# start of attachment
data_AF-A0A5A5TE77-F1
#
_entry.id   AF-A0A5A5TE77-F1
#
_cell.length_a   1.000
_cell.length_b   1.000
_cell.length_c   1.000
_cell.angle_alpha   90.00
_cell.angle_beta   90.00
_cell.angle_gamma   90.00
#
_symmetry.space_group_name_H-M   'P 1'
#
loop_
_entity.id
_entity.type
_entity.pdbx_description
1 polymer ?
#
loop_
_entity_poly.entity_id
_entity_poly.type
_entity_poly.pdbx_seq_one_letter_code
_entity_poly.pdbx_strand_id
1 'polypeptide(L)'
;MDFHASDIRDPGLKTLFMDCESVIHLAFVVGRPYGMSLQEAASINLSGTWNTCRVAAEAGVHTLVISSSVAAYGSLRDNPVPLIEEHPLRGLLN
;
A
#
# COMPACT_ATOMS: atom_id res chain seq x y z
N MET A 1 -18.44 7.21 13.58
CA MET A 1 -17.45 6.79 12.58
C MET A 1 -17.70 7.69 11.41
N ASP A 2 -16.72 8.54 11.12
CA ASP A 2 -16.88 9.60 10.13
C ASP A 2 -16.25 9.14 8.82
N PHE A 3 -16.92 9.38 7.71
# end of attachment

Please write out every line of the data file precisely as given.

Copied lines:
data_AF-A0A5A5TE77-F1
#
_entry.id   AF-A0A5A5TE77-F1
#
_cell.length_a   1.000
_cell.length_b   1.000
_cell.length_c   1.000
_cell.angle_alpha   90.00
_cell.angle_beta   90.00
_cell.angle_gamma   90.00
#
_symmetry.space_group_name_H-M   'P 1'
#
loop_
_entity.id
_entity.type
_entity.pdbx_description
1 polymer ?
#
loop_
_entity_poly.entity_id
_entity_poly.type
_entity_poly.pdbx_seq_one_letter_code
_entity_poly.pdbx_strand_id
1 'polypeptide(L)'
;MDFHASDIRDPGLKTLFMDCESVIHLAFVVGRPYGMSLQEAASINLSGTWNTCRVAAEAGVHTLVISSSVAAYGSLRDNPVPLIEEHPLRGLLN
;
A
#
# COMPACT_ATOMS: atom_id res chain seq x y z
N MET A 1 -18.44 7.21 13.58
CA MET A 1 -17.45 6.79 12.58
C MET A 1 -17.70 7.69 11.41
N ASP A 2 -16.72 8.54 11.12
CA ASP A 2 -16.88 9.60 10.13
C ASP A 2 -16.25 9.14 8.82
N PHE A 3 -16.92 9.38 7.71